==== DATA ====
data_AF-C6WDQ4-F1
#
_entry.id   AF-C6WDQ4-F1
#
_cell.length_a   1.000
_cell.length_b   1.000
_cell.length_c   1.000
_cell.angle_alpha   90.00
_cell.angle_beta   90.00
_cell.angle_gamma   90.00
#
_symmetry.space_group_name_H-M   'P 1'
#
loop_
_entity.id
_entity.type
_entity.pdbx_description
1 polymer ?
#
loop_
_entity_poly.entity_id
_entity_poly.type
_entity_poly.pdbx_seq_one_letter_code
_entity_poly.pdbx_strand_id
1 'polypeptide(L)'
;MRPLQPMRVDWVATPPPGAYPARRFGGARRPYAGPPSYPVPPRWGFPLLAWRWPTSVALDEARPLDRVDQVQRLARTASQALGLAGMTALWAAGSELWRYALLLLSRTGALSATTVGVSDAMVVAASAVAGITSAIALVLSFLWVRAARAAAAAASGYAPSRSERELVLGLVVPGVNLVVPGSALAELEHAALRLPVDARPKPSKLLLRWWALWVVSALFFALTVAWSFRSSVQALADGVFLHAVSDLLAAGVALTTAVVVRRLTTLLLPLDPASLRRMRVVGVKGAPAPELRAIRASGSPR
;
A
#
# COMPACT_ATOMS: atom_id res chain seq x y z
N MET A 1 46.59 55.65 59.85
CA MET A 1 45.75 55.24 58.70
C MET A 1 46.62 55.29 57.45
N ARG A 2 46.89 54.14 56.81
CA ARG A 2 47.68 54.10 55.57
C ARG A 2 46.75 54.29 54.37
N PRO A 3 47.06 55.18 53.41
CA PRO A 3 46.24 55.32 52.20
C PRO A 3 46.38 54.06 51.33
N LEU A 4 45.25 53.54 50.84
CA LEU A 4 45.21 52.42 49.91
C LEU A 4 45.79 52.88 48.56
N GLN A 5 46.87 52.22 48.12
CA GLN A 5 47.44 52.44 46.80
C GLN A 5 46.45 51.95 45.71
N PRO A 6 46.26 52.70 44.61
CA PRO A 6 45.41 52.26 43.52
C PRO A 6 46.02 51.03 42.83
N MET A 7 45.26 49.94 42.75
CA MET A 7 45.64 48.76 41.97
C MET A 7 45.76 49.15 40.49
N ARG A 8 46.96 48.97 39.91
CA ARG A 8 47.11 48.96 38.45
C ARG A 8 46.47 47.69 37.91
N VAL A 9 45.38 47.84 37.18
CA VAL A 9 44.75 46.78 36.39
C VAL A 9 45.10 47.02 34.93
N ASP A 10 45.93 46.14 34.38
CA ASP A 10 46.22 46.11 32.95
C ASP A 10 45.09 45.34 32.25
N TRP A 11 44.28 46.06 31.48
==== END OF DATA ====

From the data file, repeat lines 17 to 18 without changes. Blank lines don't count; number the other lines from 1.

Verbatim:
_entity.pdbx_description
1 polymer ?